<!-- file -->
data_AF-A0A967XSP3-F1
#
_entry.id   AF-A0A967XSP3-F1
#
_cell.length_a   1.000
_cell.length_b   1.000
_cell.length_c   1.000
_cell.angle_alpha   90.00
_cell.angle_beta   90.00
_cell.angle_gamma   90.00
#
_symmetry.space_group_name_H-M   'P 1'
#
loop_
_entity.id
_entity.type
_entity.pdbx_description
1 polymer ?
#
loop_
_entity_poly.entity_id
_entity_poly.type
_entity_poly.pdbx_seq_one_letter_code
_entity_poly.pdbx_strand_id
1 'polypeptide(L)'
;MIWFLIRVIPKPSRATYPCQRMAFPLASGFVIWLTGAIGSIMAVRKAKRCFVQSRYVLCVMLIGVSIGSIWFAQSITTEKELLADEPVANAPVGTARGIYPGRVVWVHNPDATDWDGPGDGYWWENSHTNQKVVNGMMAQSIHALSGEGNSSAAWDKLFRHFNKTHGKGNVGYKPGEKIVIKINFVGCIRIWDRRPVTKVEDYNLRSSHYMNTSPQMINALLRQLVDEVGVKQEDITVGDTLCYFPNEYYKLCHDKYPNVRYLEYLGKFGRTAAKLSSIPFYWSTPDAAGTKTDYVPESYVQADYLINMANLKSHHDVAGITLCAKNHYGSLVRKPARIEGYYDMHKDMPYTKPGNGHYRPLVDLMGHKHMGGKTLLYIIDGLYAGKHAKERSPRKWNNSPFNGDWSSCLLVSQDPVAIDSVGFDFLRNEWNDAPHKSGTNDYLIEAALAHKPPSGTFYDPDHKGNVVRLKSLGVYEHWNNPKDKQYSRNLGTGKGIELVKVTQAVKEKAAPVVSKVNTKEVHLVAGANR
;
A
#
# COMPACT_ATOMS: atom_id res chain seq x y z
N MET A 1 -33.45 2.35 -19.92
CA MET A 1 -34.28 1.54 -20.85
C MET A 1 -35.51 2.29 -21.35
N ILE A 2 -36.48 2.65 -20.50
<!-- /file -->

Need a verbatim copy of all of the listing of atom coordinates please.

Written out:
data_AF-A0A967XSP3-F1
#
_entry.id   AF-A0A967XSP3-F1
#
_cell.length_a   1.000
_cell.length_b   1.000
_cell.length_c   1.000
_cell.angle_alpha   90.00
_cell.angle_beta   90.00
_cell.angle_gamma   90.00
#
_symmetry.space_group_name_H-M   'P 1'
#
loop_
_entity.id
_entity.type
_entity.pdbx_description
1 polymer ?
#
loop_
_entity_poly.entity_id
_entity_poly.type
_entity_poly.pdbx_seq_one_letter_code
_entity_poly.pdbx_strand_id
1 'polypeptide(L)'
;MIWFLIRVIPKPSRATYPCQRMAFPLASGFVIWLTGAIGSIMAVRKAKRCFVQSRYVLCVMLIGVSIGSIWFAQSITTEKELLADEPVANAPVGTARGIYPGRVVWVHNPDATDWDGPGDGYWWENSHTNQKVVNGMMAQSIHALSGEGNSSAAWDKLFRHFNKTHGKGNVGYKPGEKIVIKINFVGCIRIWDRRPVTKVEDYNLRSSHYMNTSPQMINALLRQLVDEVGVKQEDITVGDTLCYFPNEYYKLCHDKYPNVRYLEYLGKFGRTAAKLSSIPFYWSTPDAAGTKTDYVPESYVQADYLINMANLKSHHDVAGITLCAKNHYGSLVRKPARIEGYYDMHKDMPYTKPGNGHYRPLVDLMGHKHMGGKTLLYIIDGLYAGKHAKERSPRKWNNSPFNGDWSSCLLVSQDPVAIDSVGFDFLRNEWNDAPHKSGTNDYLIEAALAHKPPSGTFYDPDHKGNVVRLKSLGVYEHWNNPKDKQYSRNLGTGKGIELVKVTQAVKEKAAPVVSKVNTKEVHLVAGANR
;
A
#
# COMPACT_ATOMS: atom_id res chain seq x y z
N MET A 1 -33.45 2.35 -19.92
CA MET A 1 -34.28 1.54 -20.85
C MET A 1 -35.51 2.29 -21.35
N ILE A 2 -36.48 2.65 -20.50